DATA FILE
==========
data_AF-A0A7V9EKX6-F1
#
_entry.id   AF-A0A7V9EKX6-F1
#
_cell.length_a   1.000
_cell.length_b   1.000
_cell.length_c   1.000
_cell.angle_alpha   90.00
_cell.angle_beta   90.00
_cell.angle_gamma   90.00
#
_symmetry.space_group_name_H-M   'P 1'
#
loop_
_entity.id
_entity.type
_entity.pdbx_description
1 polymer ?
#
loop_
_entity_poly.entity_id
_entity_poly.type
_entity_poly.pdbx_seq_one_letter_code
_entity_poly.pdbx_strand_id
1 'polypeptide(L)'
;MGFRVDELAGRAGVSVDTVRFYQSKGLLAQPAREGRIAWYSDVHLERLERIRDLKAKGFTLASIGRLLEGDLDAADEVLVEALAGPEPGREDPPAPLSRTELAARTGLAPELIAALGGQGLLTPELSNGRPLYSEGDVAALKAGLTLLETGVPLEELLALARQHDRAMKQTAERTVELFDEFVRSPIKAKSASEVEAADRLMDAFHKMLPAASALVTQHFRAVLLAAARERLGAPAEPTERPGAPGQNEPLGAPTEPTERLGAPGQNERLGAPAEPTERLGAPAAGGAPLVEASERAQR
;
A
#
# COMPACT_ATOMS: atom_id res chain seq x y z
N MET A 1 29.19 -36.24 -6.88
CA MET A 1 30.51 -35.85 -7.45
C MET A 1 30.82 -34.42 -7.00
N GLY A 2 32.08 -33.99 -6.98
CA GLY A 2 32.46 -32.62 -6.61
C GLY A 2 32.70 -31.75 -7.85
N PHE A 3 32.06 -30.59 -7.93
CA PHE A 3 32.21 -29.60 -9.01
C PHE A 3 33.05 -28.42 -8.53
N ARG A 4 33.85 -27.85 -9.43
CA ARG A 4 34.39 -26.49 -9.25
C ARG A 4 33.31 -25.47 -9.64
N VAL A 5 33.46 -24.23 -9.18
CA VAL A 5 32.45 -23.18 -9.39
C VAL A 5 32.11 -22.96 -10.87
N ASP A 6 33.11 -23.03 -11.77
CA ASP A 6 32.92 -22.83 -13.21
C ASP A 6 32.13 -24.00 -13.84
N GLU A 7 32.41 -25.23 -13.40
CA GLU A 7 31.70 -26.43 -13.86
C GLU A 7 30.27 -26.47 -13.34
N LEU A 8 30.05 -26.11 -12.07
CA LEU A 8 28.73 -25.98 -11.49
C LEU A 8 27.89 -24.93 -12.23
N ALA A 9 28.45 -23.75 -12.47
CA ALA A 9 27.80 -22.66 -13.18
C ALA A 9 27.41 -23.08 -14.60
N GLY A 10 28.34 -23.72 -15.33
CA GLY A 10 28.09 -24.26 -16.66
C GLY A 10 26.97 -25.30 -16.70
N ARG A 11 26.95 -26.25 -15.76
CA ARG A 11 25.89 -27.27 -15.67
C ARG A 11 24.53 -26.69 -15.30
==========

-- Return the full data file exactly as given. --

data_AF-A0A7V9EKX6-F1
#
_entry.id   AF-A0A7V9EKX6-F1
#
_cell.length_a   1.000
_cell.length_b   1.000
_cell.length_c   1.000
_cell.angle_alpha   90.00
_cell.angle_beta   90.00
_cell.angle_gamma   90.00
#
_symmetry.space_group_name_H-M   'P 1'
#
loop_
_entity.id
_entity.type
_entity.pdbx_description
1 polymer ?
#
loop_
_entity_poly.entity_id
_entity_poly.type
_entity_poly.pdbx_seq_one_letter_code
_entity_poly.pdbx_strand_id
1 'polypeptide(L)'
;MGFRVDELAGRAGVSVDTVRFYQSKGLLAQPAREGRIAWYSDVHLERLERIRDLKAKGFTLASIGRLLEGDLDAADEVLVEALAGPEPGREDPPAPLSRTELAARTGLAPELIAALGGQGLLTPELSNGRPLYSEGDVAALKAGLTLLETGVPLEELLALARQHDRAMKQTAERTVELFDEFVRSPIKAKSASEVEAADRLMDAFHKMLPAASALVTQHFRAVLLAAARERLGAPAEPTERPGAPGQNEPLGAPTEPTERLGAPGQNERLGAPAEPTERLGAPAAGGAPLVEASERAQR
;
A
#
# COMPACT_ATOMS: atom_id res chain seq x y z
N MET A 1 29.19 -36.24 -6.88
CA MET A 1 30.51 -35.85 -7.45
C MET A 1 30.82 -34.42 -7.00
N GLY A 2 32.08 -33.99 -6.98
CA GLY A 2 32.46 -32.62 -6.61
C GLY A 2 32.70 -31.75 -7.85
N PHE A 3 32.06 -30.59 -7.93
CA PHE A 3 32.21 -29.60 -9.01
C PHE A 3 33.05 -28.42 -8.53
N ARG A 4 33.85 -27.85 -9.43
CA ARG A 4 34.39 -26.49 -9.25
C ARG A 4 33.31 -25.47 -9.64
N VAL A 5 33.46 -24.23 -9.18
CA VAL A 5 32.45 -23.18 -9.39
C VAL A 5 32.11 -22.96 -10.87
N ASP A 6 33.11 -23.03 -11.77
CA ASP A 6 32.92 -22.83 -13.21
C ASP A 6 32.13 -24.00 -13.84
N GLU A 7 32.41 -25.23 -13.40
CA GLU A 7 31.70 -26.43 -13.86
C GLU A 7 30.27 -26.47 -13.34
N LEU A 8 30.05 -26.11 -12.07
CA LEU A 8 28.73 -25.98 -11.49
C LEU A 8 27.89 -24.93 -12.23
N ALA A 9 28.45 -23.75 -12.47
CA ALA A 9 27.80 -22.66 -13.18
C ALA A 9 27.41 -23.08 -14.60
N GLY A 10 28.34 -23.72 -15.33
CA GLY A 10 28.09 -24.26 -16.66
C GLY A 10 26.97 -25.30 -16.70
N ARG A 11 26.95 -26.25 -15.76
CA ARG A 11 25.89 -27.27 -15.67
C ARG A 11 24.53 -26.69 -15.30